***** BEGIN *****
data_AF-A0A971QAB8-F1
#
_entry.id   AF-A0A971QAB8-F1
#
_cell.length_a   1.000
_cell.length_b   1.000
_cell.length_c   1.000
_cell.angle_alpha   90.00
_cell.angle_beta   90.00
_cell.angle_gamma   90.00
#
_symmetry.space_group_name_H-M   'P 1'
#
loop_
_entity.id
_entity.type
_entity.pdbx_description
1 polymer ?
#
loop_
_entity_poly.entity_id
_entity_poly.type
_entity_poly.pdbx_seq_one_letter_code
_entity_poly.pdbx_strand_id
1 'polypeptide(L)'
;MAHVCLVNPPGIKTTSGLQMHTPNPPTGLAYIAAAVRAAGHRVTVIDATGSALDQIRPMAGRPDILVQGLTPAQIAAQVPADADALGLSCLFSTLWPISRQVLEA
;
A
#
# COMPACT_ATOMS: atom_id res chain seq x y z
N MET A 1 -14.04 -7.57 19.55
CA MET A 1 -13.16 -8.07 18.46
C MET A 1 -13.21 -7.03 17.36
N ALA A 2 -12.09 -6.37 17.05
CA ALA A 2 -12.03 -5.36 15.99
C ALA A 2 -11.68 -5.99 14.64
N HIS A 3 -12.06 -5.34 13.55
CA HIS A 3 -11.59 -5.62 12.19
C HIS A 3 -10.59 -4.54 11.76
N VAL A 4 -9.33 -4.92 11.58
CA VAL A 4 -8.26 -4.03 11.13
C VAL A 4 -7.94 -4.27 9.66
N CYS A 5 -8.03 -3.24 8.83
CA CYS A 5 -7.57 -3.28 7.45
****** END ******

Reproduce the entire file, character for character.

data_AF-A0A971QAB8-F1
#
_entry.id   AF-A0A971QAB8-F1
#
_cell.length_a   1.000
_cell.length_b   1.000
_cell.length_c   1.000
_cell.angle_alpha   90.00
_cell.angle_beta   90.00
_cell.angle_gamma   90.00
#
_symmetry.space_group_name_H-M   'P 1'
#
loop_
_entity.id
_entity.type
_entity.pdbx_description
1 polymer ?
#
loop_
_entity_poly.entity_id
_entity_poly.type
_entity_poly.pdbx_seq_one_letter_code
_entity_poly.pdbx_strand_id
1 'polypeptide(L)'
;MAHVCLVNPPGIKTTSGLQMHTPNPPTGLAYIAAAVRAAGHRVTVIDATGSALDQIRPMAGRPDILVQGLTPAQIAAQVPADADALGLSCLFSTLWPISRQVLEA
;
A
#
# COMPACT_ATOMS: atom_id res chain seq x y z
N MET A 1 -14.04 -7.57 19.55
CA MET A 1 -13.16 -8.07 18.46
C MET A 1 -13.21 -7.03 17.36
N ALA A 2 -12.09 -6.37 17.05
CA ALA A 2 -12.03 -5.36 15.99
C ALA A 2 -11.68 -5.99 14.64
N HIS A 3 -12.06 -5.34 13.55
CA HIS A 3 -11.59 -5.62 12.19
C HIS A 3 -10.59 -4.54 11.76
N VAL A 4 -9.33 -4.92 11.58
CA VAL A 4 -8.26 -4.03 11.13
C VAL A 4 -7.94 -4.27 9.66
N CYS A 5 -8.03 -3.24 8.83
CA CYS A 5 -7.57 -3.28 7.45